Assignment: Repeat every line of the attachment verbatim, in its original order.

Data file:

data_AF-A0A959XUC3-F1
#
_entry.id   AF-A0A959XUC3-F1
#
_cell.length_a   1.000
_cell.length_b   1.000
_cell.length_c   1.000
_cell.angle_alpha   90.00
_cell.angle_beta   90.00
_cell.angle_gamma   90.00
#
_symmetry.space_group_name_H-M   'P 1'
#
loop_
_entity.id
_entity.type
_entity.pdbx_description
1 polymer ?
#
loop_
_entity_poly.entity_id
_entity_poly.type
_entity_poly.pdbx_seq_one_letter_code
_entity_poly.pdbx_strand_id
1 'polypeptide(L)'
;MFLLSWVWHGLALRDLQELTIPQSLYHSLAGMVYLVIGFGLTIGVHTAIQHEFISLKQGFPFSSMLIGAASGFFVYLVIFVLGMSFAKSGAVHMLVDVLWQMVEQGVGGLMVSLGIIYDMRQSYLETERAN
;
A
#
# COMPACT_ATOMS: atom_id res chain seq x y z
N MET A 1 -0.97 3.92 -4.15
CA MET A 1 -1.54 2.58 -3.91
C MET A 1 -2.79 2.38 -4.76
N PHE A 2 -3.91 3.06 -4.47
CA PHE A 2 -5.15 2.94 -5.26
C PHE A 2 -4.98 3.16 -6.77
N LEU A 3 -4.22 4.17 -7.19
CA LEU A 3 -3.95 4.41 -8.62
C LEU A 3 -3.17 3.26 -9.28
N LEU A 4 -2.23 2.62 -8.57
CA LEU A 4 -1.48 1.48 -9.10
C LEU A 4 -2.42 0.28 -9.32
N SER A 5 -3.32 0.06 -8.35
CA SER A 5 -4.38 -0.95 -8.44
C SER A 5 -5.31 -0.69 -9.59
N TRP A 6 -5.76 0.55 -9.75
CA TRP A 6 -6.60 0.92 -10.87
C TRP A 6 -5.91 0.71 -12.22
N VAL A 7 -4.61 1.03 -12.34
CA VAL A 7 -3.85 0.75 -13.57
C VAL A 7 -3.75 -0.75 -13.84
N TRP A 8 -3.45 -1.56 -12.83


data_AF-A0A959XUC3-F1
#
_entry.id   AF-A0A959XUC3-F1
#
_cell.length_a   1.000
_cell.length_b   1.000
_cell.length_c   1.000
_cell.angle_alpha   90.00
_cell.angle_beta   90.00
_cell.angle_gamma   90.00
#
_symmetry.space_group_name_H-M   'P 1'
#
loop_
_entity.id
_entity.type
_entity.pdbx_description
1 polymer ?
#
loop_
_entity_poly.entity_id
_entity_poly.type
_entity_poly.pdbx_seq_one_letter_code
_entity_poly.pdbx_strand_id
1 'polypeptide(L)'
;MFLLSWVWHGLALRDLQELTIPQSLYHSLAGMVYLVIGFGLTIGVHTAIQHEFISLKQGFPFSSMLIGAASGFFVYLVIFVLGMSFAKSGAVHMLVDVLWQMVEQGVGGLMVSLGIIYDMRQSYLETERAN
;
A
#
# COMPACT_ATOMS: atom_id res chain seq x y z
N MET A 1 -0.97 3.92 -4.15
CA MET A 1 -1.54 2.58 -3.91
C MET A 1 -2.79 2.38 -4.76
N PHE A 2 -3.91 3.06 -4.47
CA PHE A 2 -5.15 2.94 -5.26
C PHE A 2 -4.98 3.16 -6.77
N LEU A 3 -4.22 4.17 -7.19
CA LEU A 3 -3.95 4.41 -8.62
C LEU A 3 -3.17 3.26 -9.28
N LEU A 4 -2.23 2.62 -8.57
CA LEU A 4 -1.48 1.48 -9.10
C LEU A 4 -2.42 0.28 -9.32
N SER A 5 -3.32 0.06 -8.35
CA SER A 5 -4.38 -0.95 -8.44
C SER A 5 -5.31 -0.69 -9.59
N TRP A 6 -5.76 0.55 -9.75
CA TRP A 6 -6.60 0.92 -10.87
C TRP A 6 -5.91 0.71 -12.22
N VAL A 7 -4.61 1.03 -12.34
CA VAL A 7 -3.85 0.75 -13.57
C VAL A 7 -3.75 -0.75 -13.84
N TRP A 8 -3.45 -1.56 -12.83